The Autobiography of Calvin Coolidge
The Autobiography of Calvin Coolidge The Autobiography of Calvin Coolidge The Autobiography of Calvin Coolidge The Autobiography of Calvin Coolidge
New York: Cosmopolitan Book Corporation. 1929.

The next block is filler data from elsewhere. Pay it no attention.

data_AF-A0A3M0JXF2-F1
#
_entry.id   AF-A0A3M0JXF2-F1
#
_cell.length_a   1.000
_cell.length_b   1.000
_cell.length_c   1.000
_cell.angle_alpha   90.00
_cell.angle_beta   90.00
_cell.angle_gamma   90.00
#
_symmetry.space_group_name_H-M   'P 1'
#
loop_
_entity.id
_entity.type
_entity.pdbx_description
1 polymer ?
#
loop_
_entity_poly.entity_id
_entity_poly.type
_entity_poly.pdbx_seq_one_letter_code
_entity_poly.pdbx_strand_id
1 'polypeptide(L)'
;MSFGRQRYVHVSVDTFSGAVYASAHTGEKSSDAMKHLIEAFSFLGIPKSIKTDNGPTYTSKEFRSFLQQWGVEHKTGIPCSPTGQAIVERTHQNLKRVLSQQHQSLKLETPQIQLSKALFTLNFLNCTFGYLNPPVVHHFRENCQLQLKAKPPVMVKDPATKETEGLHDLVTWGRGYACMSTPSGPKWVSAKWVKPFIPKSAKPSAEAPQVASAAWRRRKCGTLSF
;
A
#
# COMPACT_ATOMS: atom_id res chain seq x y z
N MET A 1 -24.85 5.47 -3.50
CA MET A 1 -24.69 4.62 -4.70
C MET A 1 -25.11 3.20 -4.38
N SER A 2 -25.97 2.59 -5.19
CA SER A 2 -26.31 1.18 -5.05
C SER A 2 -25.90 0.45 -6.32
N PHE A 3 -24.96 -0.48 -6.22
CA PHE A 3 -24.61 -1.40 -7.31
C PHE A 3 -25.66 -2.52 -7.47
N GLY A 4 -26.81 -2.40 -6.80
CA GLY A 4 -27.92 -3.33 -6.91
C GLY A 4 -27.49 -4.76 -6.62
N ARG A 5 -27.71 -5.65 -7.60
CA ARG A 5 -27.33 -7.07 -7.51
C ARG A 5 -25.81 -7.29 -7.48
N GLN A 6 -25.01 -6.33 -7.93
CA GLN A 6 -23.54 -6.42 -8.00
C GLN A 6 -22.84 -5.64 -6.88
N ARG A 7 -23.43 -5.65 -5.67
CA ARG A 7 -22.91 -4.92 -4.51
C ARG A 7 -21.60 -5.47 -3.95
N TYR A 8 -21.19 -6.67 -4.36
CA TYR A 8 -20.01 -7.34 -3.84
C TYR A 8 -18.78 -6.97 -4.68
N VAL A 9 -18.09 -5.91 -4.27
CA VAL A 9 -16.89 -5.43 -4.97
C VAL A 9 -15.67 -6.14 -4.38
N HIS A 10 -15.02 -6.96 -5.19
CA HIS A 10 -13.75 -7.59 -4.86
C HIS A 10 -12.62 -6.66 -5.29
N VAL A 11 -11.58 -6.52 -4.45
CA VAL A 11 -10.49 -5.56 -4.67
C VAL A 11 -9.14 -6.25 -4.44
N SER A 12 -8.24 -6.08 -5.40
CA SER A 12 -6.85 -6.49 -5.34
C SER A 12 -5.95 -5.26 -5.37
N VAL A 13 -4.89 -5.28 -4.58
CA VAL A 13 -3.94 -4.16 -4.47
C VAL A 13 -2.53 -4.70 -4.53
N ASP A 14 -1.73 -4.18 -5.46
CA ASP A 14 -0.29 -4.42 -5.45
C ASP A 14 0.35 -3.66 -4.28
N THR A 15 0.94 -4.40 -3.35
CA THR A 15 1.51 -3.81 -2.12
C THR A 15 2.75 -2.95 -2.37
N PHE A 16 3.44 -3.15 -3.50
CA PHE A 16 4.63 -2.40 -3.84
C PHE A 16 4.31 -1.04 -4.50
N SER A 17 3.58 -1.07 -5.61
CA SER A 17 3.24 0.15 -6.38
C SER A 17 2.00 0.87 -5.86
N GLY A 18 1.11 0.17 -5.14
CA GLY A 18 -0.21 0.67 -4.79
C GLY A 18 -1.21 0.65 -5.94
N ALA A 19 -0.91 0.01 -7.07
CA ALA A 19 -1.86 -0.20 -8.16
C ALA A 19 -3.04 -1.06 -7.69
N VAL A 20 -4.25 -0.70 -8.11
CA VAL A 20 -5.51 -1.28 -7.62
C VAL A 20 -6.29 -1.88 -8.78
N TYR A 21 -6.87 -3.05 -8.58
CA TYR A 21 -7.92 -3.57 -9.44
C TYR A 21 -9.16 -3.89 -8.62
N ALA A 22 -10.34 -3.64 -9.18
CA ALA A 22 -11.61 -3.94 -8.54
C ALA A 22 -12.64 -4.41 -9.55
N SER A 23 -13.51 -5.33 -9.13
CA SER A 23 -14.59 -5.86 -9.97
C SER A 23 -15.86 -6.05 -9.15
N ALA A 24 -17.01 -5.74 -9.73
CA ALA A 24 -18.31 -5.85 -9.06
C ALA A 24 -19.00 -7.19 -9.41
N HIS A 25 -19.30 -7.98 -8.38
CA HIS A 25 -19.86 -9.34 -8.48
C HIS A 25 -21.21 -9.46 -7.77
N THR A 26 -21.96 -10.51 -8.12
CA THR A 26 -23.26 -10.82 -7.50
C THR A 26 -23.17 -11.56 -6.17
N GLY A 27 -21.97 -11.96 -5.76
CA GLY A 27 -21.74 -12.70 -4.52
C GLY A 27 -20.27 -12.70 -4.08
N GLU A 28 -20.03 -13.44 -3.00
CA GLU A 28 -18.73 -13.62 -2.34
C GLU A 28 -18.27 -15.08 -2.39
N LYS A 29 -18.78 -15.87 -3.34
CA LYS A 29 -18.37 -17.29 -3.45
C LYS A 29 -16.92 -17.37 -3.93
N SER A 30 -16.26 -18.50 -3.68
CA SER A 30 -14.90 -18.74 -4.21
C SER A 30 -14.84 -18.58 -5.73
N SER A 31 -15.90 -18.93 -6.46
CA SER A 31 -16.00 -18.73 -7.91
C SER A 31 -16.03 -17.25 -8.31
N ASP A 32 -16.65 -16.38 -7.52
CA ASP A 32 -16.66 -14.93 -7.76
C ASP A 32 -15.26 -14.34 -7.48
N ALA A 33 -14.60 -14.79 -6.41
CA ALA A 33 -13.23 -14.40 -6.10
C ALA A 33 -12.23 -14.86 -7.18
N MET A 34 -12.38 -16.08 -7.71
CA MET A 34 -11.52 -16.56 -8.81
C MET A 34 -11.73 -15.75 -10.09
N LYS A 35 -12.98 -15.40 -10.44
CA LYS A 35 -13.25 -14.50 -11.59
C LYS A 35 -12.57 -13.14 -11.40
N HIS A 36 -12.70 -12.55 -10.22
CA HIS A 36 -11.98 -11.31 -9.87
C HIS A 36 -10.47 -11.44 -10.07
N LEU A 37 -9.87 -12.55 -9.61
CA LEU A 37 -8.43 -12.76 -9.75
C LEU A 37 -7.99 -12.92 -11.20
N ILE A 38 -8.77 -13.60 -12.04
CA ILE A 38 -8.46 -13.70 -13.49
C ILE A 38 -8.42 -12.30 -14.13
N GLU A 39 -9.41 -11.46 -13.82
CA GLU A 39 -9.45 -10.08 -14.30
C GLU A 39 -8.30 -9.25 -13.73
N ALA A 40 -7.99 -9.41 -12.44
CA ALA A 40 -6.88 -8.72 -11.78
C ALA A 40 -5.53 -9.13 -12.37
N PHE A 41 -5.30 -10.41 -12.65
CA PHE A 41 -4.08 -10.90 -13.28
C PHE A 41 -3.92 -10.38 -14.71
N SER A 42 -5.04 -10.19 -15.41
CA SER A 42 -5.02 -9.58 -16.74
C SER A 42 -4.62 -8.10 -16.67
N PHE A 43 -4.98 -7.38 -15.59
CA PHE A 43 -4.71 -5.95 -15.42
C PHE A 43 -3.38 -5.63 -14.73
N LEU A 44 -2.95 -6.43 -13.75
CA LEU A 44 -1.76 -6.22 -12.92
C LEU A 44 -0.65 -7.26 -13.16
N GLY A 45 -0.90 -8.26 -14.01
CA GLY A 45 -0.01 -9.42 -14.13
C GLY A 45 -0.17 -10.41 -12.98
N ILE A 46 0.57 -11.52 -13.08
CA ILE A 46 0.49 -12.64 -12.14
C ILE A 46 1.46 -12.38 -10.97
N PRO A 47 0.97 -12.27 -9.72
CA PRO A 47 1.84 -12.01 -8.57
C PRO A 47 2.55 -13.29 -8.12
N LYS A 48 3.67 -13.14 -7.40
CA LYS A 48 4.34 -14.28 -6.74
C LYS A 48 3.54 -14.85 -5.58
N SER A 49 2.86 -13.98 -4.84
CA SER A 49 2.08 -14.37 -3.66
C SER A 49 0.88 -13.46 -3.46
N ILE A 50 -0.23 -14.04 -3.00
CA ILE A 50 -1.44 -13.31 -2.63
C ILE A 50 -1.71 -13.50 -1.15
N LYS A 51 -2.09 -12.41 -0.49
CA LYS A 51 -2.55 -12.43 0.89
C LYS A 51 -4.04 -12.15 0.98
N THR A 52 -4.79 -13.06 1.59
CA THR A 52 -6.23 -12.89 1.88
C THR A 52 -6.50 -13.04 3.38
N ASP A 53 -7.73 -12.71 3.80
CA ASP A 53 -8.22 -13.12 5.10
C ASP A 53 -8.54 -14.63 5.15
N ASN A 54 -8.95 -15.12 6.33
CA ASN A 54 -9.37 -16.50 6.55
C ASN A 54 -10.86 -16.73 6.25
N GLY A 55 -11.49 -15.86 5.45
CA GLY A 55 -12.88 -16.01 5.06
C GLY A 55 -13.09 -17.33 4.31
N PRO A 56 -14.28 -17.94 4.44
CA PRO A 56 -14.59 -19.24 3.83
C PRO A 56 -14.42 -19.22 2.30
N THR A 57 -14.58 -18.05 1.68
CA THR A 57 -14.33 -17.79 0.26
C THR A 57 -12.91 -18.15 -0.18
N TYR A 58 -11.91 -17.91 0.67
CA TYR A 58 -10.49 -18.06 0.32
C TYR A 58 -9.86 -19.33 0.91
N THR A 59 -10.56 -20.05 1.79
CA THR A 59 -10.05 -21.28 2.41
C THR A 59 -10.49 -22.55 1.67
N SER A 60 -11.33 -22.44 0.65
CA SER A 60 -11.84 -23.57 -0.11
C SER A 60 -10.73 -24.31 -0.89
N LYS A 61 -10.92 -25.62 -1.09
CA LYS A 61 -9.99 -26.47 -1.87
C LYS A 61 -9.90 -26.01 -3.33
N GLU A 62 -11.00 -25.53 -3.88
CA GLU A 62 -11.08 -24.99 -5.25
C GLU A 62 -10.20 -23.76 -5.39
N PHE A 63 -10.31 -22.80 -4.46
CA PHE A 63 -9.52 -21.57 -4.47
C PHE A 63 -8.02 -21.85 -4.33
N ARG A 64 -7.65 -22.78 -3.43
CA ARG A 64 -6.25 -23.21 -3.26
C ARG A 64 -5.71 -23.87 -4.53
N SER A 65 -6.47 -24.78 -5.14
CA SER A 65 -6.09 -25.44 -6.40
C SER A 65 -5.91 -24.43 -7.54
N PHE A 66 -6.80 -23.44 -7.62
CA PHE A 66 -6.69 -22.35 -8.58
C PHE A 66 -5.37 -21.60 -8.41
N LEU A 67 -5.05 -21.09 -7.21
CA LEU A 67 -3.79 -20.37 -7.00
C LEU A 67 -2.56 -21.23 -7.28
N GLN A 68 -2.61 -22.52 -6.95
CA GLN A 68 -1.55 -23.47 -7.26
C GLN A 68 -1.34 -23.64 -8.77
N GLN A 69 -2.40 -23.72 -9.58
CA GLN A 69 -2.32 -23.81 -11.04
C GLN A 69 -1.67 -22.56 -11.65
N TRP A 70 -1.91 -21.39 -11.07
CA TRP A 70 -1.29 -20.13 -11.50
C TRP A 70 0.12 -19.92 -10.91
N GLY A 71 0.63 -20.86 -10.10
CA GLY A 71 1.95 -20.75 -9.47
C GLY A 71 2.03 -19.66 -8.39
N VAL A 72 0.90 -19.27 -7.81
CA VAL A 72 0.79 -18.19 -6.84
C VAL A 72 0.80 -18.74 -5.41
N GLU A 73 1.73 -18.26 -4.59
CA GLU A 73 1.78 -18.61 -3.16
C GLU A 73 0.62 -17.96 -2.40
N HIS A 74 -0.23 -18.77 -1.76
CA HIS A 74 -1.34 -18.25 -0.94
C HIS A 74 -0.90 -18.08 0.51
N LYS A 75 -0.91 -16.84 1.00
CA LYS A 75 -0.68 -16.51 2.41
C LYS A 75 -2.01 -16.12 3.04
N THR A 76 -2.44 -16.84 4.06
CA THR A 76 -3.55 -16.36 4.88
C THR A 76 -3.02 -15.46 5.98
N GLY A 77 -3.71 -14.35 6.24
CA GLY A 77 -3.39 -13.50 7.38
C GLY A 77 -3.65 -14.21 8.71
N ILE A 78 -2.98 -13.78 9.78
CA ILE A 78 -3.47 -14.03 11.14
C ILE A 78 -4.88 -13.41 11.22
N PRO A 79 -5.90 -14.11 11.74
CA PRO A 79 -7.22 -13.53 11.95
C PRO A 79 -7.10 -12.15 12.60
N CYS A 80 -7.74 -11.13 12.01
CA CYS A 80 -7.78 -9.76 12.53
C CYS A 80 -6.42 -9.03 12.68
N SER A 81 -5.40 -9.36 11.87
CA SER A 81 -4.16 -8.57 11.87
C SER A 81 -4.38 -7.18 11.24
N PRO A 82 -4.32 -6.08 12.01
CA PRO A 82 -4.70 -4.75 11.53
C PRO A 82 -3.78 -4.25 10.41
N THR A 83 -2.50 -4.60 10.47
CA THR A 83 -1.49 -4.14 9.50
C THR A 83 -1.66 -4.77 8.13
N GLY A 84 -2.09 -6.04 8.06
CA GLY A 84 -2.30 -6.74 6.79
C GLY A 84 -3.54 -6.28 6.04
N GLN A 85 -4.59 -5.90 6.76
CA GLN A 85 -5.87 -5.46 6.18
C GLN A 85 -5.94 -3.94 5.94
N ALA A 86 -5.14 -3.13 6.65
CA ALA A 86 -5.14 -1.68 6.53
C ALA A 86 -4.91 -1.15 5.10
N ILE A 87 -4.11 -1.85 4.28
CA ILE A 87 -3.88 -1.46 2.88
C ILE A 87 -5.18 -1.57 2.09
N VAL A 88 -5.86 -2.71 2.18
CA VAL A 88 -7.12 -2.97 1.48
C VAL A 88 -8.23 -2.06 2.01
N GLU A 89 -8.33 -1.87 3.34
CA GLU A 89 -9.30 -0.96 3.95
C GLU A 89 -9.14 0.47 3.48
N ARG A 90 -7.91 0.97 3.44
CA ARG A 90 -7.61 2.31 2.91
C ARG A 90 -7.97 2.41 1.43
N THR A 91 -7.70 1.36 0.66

Inscribed by Coolidge. First trade edition. 218x145mm. [8], 247, [1bl]. Original green cloth, lettered in gilt. The upper cover and rear flap of the original dust jacket (itself rare) have been tipped in and the spine loosely inserted. Illustrated endpapers. Corners rubbed and a tiny nick at foot of spine. Internally very good. Although there was a signed limited edition of Coolidge's Autobiography, 1000 copies were issued and it is quite common. This first trade edition is less often found and was signed by Coolidge only by special request as is the case here where, beneath his portrait on the frontispiece, he has inscribed "To Henry P. de Forest, with regards, Calvin Coolidge". The front pastedown has the bookplate of de Forest and a label from Cornell University stating "This book is the gift of Henry Pelouze de Forest Class of 1884". The half-title has the gift inscription "Merry Christmas to Harry with my love Evelyn 1929". A further de Forest bookplate is pasted on the verso of the half-title. On the rear pastedown is the bookplate of Calvin Coolidge himself. A tipped-in typed note by de Forest explains that the bookplate was made by a friend, Timothy Cole and copies sold (with Coolidge's permission) for charity and de Forest placed his copy in this book. de Forest has extensively graingerised this book with illustrations, newspaper cuttings (some relating to Coolidge's death and funeral), and correspondence including a copy of letter from him to Coolidge and the reply (on Coolidge's embossed notepaper) from the Coolidge's secretary. There is a letter from Coolidge's booksellers Bridgman & Lyman concerning the inscription. Henry Pelouze de Forest is an interesting man. A bibliophile, he was librarian of the Cornell Club of New York and designed bookplates including one for the Fulton Public Library pasted into this book. His "day job" was as a doctor in New York City where he seems to have had a distinguished career including a spell as a surgeon with the New York Police Department. While there, he worked on the science of finger prints and invented the dactyloscope which records finger prints. He wrote a short work on the subject entitled "The Evolution of Dactyloscopy in the United States", a copy of which, we learn from his letter to Coolidge, he sent to the former President. A rare book with interesting additions and a fascinating provenance.